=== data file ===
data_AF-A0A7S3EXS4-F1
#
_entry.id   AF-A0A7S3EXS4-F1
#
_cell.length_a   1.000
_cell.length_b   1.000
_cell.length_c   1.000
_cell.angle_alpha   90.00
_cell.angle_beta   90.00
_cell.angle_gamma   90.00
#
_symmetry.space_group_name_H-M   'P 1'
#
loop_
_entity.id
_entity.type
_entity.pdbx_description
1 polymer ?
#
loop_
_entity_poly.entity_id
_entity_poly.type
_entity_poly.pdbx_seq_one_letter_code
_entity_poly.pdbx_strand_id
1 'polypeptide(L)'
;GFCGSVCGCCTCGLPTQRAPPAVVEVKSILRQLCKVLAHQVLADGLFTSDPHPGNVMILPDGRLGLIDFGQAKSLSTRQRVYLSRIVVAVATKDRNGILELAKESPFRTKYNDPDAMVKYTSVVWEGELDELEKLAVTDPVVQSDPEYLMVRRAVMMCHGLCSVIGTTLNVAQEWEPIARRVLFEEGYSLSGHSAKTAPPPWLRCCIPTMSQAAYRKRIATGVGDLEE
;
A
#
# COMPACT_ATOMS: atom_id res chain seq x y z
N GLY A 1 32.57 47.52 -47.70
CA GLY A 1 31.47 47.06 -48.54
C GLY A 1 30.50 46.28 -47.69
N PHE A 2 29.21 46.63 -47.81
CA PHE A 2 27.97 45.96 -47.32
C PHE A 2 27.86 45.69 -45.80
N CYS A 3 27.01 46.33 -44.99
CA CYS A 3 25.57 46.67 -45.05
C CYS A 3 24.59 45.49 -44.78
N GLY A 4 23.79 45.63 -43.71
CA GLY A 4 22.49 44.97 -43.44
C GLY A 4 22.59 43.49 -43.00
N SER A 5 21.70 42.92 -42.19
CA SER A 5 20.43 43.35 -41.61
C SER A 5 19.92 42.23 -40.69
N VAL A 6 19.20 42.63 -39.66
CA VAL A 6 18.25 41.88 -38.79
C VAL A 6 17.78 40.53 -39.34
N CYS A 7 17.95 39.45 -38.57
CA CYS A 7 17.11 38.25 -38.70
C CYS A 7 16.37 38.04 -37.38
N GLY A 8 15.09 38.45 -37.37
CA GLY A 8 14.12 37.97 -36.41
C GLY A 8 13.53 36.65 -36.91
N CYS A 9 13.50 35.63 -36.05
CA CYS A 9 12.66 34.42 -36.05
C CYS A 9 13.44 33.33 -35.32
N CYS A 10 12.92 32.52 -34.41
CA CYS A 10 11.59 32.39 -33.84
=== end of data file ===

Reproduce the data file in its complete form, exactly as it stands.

data_AF-A0A7S3EXS4-F1
#
_entry.id   AF-A0A7S3EXS4-F1
#
_cell.length_a   1.000
_cell.length_b   1.000
_cell.length_c   1.000
_cell.angle_alpha   90.00
_cell.angle_beta   90.00
_cell.angle_gamma   90.00
#
_symmetry.space_group_name_H-M   'P 1'
#
loop_
_entity.id
_entity.type
_entity.pdbx_description
1 polymer ?
#
loop_
_entity_poly.entity_id
_entity_poly.type
_entity_poly.pdbx_seq_one_letter_code
_entity_poly.pdbx_strand_id
1 'polypeptide(L)'
;GFCGSVCGCCTCGLPTQRAPPAVVEVKSILRQLCKVLAHQVLADGLFTSDPHPGNVMILPDGRLGLIDFGQAKSLSTRQRVYLSRIVVAVATKDRNGILELAKESPFRTKYNDPDAMVKYTSVVWEGELDELEKLAVTDPVVQSDPEYLMVRRAVMMCHGLCSVIGTTLNVAQEWEPIARRVLFEEGYSLSGHSAKTAPPPWLRCCIPTMSQAAYRKRIATGVGDLEE
;
A
#
# COMPACT_ATOMS: atom_id res chain seq x y z
N GLY A 1 32.57 47.52 -47.70
CA GLY A 1 31.47 47.06 -48.54
C GLY A 1 30.50 46.28 -47.69
N PHE A 2 29.21 46.63 -47.81
CA PHE A 2 27.97 45.96 -47.32
C PHE A 2 27.86 45.69 -45.80
N CYS A 3 27.01 46.33 -44.99
CA CYS A 3 25.57 46.67 -45.05
C CYS A 3 24.59 45.49 -44.78
N GLY A 4 23.79 45.63 -43.71
CA GLY A 4 22.49 44.97 -43.44
C GLY A 4 22.59 43.49 -43.00
N SER A 5 21.70 42.92 -42.19
CA SER A 5 20.43 43.35 -41.61
C SER A 5 19.92 42.23 -40.69
N VAL A 6 19.20 42.63 -39.66
CA VAL A 6 18.25 41.88 -38.79
C VAL A 6 17.78 40.53 -39.34
N CYS A 7 17.95 39.45 -38.57
CA CYS A 7 17.11 38.25 -38.70
C CYS A 7 16.37 38.04 -37.38
N GLY A 8 15.09 38.45 -37.37
CA GLY A 8 14.12 37.97 -36.41
C GLY A 8 13.53 36.65 -36.91
N CYS A 9 13.50 35.63 -36.05
CA CYS A 9 12.66 34.42 -36.05
C CYS A 9 13.44 33.33 -35.32
N CYS A 10 12.92 32.52 -34.41
CA CYS A 10 11.59 32.39 -33.84